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Items: 1 to 20 of 29

1.

Sugar-sweetened beverages, serum uric acid, and blood pressure in adolescents.

Nguyen S, Choi HK, Lustig RH, Hsu CY.

J Pediatr. 2009 Jun;154(6):807-13. doi: 10.1016/j.jpeds.2009.01.015. Epub 2009 Apr 17.

2.

Sweetened beverage consumption and risk of coronary heart disease in women.

Fung TT, Malik V, Rexrode KM, Manson JE, Willett WC, Hu FB.

Am J Clin Nutr. 2009 Apr;89(4):1037-42. doi: 10.3945/ajcn.2008.27140. Epub 2009 Feb 11.

3.

Increasing consumption of sugar-sweetened beverages among US adults: 1988-1994 to 1999-2004.

Bleich SN, Wang YC, Wang Y, Gortmaker SL.

Am J Clin Nutr. 2009 Jan;89(1):372-81. doi: 10.3945/ajcn.2008.26883. Epub 2008 Dec 3.

4.

Sugar-sweetened beverages and incidence of type 2 diabetes mellitus in African American women.

Palmer JR, Boggs DA, Krishnan S, Hu FB, Singer M, Rosenberg L.

Arch Intern Med. 2008 Jul 28;168(14):1487-92. doi: 10.1001/archinte.168.14.1487.

5.

Potential role of sugar (fructose) in the epidemic of hypertension, obesity and the metabolic syndrome, diabetes, kidney disease, and cardiovascular disease.

Johnson RJ, Segal MS, Sautin Y, Nakagawa T, Feig DI, Kang DH, Gersch MS, Benner S, Sánchez-Lozada LG.

Am J Clin Nutr. 2007 Oct;86(4):899-906. Review.

6.

Soft drink consumption and risk of developing cardiometabolic risk factors and the metabolic syndrome in middle-aged adults in the community.

Dhingra R, Sullivan L, Jacques PF, Wang TJ, Fox CS, Meigs JB, D'Agostino RB, Gaziano JM, Vasan RS.

Circulation. 2007 Jul 31;116(5):480-8. Epub 2007 Jul 23. Erratum in: Circulation. 2007 Dec 4;116(23):e557.

7.

Effects of individual components of multiple behavior changes: the PREMIER trial.

Obarzanek E, Vollmer WM, Lin PH, Cooper LS, Young DR, Ard JD, Stevens VJ, Simons-Morton DG, Svetkey LP, Harsha DW, Elmer PJ, Appel LJ.

Am J Health Behav. 2007 Sep-Oct;31(5):545-60.

PMID:
17555385
8.

Consumption of sweetened beverages and intakes of fructose and glucose predict type 2 diabetes occurrence.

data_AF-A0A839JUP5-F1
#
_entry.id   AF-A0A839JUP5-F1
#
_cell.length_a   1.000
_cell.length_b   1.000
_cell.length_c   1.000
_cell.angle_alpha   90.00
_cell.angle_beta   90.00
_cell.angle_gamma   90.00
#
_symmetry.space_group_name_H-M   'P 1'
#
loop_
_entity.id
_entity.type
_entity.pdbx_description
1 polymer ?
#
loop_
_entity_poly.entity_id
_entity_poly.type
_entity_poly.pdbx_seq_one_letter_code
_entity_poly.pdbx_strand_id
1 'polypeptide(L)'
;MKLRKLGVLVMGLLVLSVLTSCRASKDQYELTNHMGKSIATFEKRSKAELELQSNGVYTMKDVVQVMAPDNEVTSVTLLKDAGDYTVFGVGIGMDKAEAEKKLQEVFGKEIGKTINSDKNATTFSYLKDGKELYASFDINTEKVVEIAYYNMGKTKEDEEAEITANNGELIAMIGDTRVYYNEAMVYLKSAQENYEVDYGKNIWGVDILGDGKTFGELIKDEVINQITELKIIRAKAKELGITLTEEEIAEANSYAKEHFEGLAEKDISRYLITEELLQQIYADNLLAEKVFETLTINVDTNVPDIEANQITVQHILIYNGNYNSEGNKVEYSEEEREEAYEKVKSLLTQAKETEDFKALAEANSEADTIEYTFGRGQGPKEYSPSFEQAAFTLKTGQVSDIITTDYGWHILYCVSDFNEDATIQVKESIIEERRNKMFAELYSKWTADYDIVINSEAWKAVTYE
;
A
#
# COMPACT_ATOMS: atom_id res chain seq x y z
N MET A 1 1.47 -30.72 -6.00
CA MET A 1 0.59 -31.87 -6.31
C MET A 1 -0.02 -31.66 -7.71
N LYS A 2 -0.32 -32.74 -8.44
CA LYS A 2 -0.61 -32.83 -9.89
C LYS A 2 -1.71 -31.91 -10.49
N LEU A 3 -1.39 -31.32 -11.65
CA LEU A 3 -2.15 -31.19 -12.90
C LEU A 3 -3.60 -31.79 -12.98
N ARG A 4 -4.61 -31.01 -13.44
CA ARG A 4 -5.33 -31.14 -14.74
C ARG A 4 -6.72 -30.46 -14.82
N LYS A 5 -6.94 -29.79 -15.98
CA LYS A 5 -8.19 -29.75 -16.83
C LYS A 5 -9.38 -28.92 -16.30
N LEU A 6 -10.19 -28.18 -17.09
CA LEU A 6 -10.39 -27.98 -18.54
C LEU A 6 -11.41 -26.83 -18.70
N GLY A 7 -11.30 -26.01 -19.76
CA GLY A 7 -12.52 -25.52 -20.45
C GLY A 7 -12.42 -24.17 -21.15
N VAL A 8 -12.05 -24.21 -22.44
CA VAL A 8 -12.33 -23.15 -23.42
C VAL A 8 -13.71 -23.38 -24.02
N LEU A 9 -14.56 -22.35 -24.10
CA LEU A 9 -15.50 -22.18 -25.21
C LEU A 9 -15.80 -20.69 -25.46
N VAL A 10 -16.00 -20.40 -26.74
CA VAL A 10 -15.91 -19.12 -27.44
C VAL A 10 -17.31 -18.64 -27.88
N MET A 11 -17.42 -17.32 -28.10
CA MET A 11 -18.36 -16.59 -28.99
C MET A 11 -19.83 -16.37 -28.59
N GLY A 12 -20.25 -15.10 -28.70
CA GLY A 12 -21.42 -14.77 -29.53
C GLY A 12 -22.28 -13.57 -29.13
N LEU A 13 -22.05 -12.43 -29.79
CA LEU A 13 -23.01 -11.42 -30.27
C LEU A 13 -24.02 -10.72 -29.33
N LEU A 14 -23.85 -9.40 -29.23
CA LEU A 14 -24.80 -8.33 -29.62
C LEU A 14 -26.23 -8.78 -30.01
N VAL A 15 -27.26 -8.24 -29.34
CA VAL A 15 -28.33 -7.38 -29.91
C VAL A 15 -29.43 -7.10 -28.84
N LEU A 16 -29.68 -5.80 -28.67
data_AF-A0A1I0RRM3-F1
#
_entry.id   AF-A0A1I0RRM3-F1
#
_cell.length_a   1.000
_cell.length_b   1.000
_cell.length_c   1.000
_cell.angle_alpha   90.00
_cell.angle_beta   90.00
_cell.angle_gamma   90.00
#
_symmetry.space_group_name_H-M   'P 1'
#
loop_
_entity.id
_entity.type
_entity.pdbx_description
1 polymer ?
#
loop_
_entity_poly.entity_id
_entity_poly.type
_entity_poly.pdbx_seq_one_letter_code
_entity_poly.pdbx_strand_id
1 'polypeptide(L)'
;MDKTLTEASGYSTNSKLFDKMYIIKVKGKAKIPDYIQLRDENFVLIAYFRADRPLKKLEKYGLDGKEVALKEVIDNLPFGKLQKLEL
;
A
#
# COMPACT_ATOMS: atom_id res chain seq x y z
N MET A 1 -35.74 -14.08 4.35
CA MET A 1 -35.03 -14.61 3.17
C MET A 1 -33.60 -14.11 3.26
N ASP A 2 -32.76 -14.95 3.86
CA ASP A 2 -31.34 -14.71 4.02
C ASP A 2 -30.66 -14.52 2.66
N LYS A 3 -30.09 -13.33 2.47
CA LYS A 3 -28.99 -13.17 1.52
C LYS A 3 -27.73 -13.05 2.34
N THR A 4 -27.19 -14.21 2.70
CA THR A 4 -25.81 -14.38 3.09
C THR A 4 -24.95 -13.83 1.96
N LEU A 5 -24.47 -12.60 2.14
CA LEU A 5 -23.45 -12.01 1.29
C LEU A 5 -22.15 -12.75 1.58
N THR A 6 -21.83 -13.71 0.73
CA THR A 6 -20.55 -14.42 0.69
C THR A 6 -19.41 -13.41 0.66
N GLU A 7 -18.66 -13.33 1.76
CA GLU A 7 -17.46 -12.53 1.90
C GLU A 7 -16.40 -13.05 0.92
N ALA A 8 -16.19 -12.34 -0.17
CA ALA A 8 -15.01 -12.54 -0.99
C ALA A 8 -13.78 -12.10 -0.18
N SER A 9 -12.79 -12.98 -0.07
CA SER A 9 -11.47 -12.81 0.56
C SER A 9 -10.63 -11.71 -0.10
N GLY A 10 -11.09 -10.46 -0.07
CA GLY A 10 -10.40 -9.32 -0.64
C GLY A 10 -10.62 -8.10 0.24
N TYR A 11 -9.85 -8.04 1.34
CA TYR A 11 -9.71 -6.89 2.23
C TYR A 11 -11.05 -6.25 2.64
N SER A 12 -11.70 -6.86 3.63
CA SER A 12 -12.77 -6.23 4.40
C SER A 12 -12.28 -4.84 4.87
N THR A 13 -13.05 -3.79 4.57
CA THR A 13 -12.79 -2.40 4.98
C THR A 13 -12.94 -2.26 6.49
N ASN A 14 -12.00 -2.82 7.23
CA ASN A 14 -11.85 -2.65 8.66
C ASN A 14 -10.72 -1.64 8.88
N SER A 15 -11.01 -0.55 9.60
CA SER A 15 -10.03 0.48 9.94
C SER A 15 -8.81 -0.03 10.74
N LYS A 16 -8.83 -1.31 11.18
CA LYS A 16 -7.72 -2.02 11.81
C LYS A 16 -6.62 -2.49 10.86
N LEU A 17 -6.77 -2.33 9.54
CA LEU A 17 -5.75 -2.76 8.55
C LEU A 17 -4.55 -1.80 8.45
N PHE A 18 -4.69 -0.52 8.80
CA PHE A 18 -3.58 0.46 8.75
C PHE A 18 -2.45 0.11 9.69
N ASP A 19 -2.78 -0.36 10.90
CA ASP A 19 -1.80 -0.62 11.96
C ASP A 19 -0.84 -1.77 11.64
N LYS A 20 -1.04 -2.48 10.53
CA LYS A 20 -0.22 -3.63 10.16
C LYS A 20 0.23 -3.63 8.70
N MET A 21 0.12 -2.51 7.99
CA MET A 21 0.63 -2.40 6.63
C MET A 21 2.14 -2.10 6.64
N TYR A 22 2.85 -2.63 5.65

Montonen J, Järvinen R, Knekt P, Heliövaara M, Reunanen A.

J Nutr. 2007 Jun;137(6):1447-54.

9.

Heart disease and stroke statistics--2007 update: a report from the American Heart Association Statistics Committee and Stroke Statistics Subcommittee.

Rosamond W, Flegal K, Friday G, Furie K, Go A, Greenlund K, Haase N, Ho M, Howard V, Kissela B, Kittner S, Lloyd-Jones D, McDermott M, Meigs J, Moy C, Nichol G, O'Donnell CJ, Roger V, Rumsfeld J, Sorlie P, Steinberger J, Thom T, Wasserthiel-Smoller S, Hong Y; American Heart Association Statistics Committee and Stroke Statistics Subcommittee.

Circulation. 2007 Feb 6;115(5):e69-171. Epub 2006 Dec 28. No abstract available. Erratum in: Circulation. 2007 Feb 6;115(5):e172. Circulation. 2010 Jul 6;122(1):e9. Kissela, Bret [corrected to Kissela, Brett].

10.

Fructose-induced metabolic syndrome is associated with glomerular hypertension and renal microvascular damage in rats.

Sánchez-Lozada LG, Tapia E, Jiménez A, Bautista P, Cristóbal M, Nepomuceno T, Soto V, Avila-Casado C, Nakagawa T, Johnson RJ, Herrera-Acosta J, Franco M.

Am J Physiol Renal Physiol. 2007 Jan;292(1):F423-9. Epub 2006 Aug 29.

11.

Uric acid and hypertension.

Feig DI, Kang DH, Nakagawa T, Mazzali M, Johnson RJ.

Curr Hypertens Rep. 2006 May;8(2):111-5. Review.

PMID:
16672142
12.

Habitual caffeine intake and the risk of hypertension in women.

Winkelmayer WC, Stampfer MJ, Willett WC, Curhan GC.

JAMA. 2005 Nov 9;294(18):2330-5.

PMID:
16278361
13.

Global burden of hypertension: analysis of worldwide data.

Kearney PM, Whelton M, Reynolds K, Muntner P, Whelton PK, He J.

Lancet. 2005 Jan 15-21;365(9455):217-23.

PMID:
15652604
14.

Sugar-sweetened beverages, weight gain, and incidence of type 2 diabetes in young and middle-aged women.

Schulze MB, Manson JE, Ludwig DS, Colditz GA, Stampfer MJ, Willett WC, Hu FB.

JAMA. 2004 Aug 25;292(8):927-34.

PMID:
15328324
15.

Sugar-added beverages and adolescent weight change.

Berkey CS, Rockett HR, Field AE, Gillman MW, Colditz GA.

Obes Res. 2004 May;12(5):778-88.

16.

Consumption of high-fructose corn syrup in beverages may play a role in the epidemic of obesity.

Bray GA, Nielsen SJ, Popkin BM.

Am J Clin Nutr. 2004 Apr;79(4):537-43. Review. Erratum in: Am J Clin Nutr. 2004 Oct;80(4):1090.

17.

Premier: a clinical trial of comprehensive lifestyle modification for blood pressure control: rationale, design and baseline characteristics.

Svetkey LP, Harsha DW, Vollmer WM, Stevens VJ, Obarzanek E, Elmer PJ, Lin PH, Champagne C, Simons-Morton DG, Aickin M, Proschan MA, Appel LJ.

Ann Epidemiol. 2003 Jul;13(6):462-71.

PMID:
12875806
18.

Effects of comprehensive lifestyle modification on blood pressure control: main results of the PREMIER clinical trial.

Appel LJ, Champagne CM, Harsha DW, Cooper LS, Obarzanek E, Elmer PJ, Stevens VJ, Vollmer WM, Lin PH, Svetkey LP, Stedman SW, Young DR; Writing Group of the PREMIER Collaborative Research Group.

JAMA. 2003 Apr 23-30;289(16):2083-93.

PMID:
12709466
19.

Relation between consumption of sugar-sweetened drinks and childhood obesity: a prospective, observational analysis.

Ludwig DS, Peterson KE, Gortmaker SL.

Lancet. 2001 Feb 17;357(9255):505-8.

PMID:
11229668
20.

Sugar-induced blood pressure elevations over the lifespan of three substrains of Wistar rats.

Preuss HG, Zein M, MacArthy P, Dipette D, Sabnis S, Knapka J.

J Am Coll Nutr. 1998 Feb;17(1):36-47.

PMID:
9477388

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